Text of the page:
What would you think if I told you I had just come back from a holiday in Aya Napa? How about Santiago de Compostella or Glastonbury? How about Mecca? When does travel become pilgrimage, and what are the spiritual factors behind our holiday choices? In this week’s interview, Alex Norman and David Robertson discuss the history and modern relevance of journeys undertaken for spiritual benefit and transformation.
Decolonizing the Study of Religion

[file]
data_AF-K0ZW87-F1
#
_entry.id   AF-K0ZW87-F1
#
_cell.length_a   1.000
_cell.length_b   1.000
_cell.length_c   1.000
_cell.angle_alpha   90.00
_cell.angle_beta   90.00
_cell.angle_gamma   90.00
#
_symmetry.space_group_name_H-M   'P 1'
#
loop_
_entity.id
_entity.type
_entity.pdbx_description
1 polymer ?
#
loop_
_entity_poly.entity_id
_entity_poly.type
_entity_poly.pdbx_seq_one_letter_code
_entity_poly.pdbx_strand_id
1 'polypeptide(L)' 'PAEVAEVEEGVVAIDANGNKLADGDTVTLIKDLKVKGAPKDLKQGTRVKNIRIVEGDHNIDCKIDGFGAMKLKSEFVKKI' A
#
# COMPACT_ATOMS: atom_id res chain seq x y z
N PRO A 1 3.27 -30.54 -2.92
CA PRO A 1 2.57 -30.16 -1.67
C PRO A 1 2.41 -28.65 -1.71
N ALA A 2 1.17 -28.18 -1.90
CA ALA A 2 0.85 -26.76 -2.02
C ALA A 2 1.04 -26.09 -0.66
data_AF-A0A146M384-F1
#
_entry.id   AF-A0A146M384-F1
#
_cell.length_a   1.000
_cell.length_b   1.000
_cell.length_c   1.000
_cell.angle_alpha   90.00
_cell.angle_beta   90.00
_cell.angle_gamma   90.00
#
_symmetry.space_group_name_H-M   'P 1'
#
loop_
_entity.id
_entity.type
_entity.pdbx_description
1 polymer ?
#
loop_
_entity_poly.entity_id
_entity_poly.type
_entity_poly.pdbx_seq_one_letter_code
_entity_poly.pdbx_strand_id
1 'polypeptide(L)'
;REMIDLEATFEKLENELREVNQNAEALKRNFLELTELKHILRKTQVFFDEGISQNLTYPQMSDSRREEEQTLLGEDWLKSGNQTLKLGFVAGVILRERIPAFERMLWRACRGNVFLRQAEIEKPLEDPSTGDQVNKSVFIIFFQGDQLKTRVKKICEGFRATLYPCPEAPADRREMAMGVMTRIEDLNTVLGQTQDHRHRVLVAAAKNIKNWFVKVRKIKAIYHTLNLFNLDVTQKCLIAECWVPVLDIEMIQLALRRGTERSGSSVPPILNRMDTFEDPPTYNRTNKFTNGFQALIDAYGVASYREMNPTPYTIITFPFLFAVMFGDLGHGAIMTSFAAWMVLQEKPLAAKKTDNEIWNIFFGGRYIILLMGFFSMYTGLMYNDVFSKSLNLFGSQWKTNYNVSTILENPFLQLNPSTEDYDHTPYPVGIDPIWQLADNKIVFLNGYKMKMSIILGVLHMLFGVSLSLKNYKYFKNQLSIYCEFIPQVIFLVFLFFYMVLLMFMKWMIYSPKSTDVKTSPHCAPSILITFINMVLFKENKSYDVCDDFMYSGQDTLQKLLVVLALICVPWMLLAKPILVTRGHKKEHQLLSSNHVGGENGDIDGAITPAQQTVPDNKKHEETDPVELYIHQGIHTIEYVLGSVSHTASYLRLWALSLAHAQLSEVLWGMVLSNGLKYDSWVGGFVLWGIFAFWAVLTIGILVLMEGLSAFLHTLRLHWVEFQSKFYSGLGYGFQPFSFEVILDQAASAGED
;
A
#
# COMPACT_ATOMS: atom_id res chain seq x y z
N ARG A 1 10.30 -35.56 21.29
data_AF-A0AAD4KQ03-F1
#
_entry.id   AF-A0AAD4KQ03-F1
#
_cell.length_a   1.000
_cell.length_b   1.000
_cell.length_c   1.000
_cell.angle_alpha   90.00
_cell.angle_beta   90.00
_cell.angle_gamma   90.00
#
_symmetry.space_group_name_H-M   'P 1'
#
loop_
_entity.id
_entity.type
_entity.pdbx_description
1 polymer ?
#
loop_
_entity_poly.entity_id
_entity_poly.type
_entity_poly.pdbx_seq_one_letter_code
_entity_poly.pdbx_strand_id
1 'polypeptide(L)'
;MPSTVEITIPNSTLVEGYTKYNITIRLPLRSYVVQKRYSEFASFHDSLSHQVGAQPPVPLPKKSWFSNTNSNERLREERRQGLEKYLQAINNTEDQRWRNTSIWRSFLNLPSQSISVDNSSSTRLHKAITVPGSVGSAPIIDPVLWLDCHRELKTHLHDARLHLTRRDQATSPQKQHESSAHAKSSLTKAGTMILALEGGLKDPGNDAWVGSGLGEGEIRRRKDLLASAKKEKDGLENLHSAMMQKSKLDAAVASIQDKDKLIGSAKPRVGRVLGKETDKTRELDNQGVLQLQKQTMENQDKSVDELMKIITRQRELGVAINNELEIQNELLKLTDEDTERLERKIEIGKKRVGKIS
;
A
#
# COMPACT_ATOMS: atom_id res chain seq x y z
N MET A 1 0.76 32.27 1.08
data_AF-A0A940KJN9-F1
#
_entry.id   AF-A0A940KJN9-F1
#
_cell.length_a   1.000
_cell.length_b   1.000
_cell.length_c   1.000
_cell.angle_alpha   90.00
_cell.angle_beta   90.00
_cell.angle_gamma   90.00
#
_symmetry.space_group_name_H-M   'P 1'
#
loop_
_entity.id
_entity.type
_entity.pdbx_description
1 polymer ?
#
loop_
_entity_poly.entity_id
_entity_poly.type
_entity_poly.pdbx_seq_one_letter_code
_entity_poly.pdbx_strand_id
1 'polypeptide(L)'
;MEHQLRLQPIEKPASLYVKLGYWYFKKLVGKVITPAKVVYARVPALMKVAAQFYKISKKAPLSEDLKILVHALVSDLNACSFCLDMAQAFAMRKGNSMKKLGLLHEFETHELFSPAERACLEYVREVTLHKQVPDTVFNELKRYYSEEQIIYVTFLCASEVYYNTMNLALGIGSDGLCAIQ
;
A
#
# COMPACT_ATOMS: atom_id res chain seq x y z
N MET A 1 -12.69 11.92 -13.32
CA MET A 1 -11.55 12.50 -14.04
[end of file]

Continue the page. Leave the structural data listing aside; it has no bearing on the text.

Podcast

How can the field address its whiteness and the legacy of its colonial origins? In this final episode of our 2019/2020 season Christopher Cotter speaks with Malory Nye about decolonizing Religious Studies.

This work is licensed under a Creative Commons Attribution- NonCommercial- NoDerivs 3.0 Unported License.

The views expressed in podcasts, features and responses are the views of the individual contributors, and do not necessarily reflect the views of The Religious Studies Project or our sponsors. The Religious Studies Project is produced by the Religious Studies Project Association (SCIO), a Scottish Charitable Incorporated Organisation (charity number SC047750).